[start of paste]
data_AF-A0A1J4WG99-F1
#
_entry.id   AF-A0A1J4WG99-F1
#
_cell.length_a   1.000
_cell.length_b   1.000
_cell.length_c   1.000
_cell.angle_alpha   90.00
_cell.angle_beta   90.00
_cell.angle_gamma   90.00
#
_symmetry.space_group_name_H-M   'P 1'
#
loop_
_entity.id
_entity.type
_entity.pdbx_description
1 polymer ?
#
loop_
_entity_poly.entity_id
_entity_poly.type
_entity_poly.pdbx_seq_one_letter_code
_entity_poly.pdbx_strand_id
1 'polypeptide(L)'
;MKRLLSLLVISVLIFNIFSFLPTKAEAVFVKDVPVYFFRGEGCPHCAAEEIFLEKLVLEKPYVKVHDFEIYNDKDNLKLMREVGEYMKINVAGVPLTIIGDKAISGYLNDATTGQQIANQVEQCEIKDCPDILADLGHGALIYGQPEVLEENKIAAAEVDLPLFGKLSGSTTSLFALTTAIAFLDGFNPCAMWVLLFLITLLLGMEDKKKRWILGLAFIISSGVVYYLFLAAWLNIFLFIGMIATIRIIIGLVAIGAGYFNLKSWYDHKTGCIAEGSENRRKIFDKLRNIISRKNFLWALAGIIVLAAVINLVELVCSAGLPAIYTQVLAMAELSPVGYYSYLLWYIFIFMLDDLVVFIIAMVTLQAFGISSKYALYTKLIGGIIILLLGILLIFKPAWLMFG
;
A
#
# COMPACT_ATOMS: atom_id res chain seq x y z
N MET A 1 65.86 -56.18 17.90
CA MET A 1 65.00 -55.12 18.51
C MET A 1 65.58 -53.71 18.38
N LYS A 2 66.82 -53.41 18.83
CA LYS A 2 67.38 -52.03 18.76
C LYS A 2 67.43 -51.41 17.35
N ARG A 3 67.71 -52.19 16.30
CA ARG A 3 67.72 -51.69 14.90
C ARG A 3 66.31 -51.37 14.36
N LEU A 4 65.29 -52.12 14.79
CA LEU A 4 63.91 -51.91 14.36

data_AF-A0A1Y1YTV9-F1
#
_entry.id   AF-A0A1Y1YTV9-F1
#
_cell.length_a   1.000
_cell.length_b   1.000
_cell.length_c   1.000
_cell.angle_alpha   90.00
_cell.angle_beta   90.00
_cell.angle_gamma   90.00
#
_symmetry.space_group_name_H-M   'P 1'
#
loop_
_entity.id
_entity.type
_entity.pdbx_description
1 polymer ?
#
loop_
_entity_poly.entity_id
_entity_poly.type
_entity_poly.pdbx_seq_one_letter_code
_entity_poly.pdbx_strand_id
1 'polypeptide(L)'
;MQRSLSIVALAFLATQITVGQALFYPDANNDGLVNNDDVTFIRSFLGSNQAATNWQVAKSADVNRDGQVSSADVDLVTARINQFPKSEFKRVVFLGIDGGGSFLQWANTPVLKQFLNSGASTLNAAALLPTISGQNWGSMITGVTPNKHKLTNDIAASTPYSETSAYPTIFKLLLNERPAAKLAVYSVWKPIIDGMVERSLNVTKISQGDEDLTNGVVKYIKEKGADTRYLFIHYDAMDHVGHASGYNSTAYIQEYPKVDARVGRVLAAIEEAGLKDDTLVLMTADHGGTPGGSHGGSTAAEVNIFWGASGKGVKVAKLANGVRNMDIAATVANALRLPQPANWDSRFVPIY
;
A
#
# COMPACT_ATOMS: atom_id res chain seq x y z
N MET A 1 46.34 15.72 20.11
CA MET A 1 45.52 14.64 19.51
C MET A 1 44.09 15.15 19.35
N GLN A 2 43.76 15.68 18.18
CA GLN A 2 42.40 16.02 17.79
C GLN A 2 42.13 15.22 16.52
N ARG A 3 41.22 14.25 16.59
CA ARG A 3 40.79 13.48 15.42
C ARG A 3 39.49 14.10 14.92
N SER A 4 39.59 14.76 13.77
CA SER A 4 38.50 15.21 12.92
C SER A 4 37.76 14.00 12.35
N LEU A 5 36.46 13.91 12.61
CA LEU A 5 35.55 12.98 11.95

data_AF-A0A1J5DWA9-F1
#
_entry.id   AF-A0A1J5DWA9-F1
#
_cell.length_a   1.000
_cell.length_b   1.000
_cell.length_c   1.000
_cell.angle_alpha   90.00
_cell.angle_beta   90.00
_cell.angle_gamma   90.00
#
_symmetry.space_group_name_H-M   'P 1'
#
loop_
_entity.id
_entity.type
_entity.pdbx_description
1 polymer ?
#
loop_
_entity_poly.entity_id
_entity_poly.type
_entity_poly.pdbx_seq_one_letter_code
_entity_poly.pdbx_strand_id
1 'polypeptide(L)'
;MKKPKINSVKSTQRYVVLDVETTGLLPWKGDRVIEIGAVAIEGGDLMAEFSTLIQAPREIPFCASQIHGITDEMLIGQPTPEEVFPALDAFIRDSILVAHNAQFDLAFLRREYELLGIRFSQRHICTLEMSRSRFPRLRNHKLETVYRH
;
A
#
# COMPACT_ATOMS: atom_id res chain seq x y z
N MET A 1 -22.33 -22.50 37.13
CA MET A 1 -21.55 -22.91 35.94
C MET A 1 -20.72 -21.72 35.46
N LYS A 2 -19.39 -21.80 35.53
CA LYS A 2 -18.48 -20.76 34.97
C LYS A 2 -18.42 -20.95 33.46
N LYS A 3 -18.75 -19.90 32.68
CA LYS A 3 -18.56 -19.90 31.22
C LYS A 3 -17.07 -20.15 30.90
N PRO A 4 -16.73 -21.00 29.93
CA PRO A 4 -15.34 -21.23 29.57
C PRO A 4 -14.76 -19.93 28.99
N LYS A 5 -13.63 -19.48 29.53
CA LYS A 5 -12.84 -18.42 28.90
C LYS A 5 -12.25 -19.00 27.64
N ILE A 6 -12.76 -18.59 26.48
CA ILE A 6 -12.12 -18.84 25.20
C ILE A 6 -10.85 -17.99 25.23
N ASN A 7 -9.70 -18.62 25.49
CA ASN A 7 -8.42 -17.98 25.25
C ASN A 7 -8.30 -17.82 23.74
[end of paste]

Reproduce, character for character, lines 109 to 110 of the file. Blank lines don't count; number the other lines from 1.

_entity_poly.pdbx_strand_id
1 'polypeptide(L)'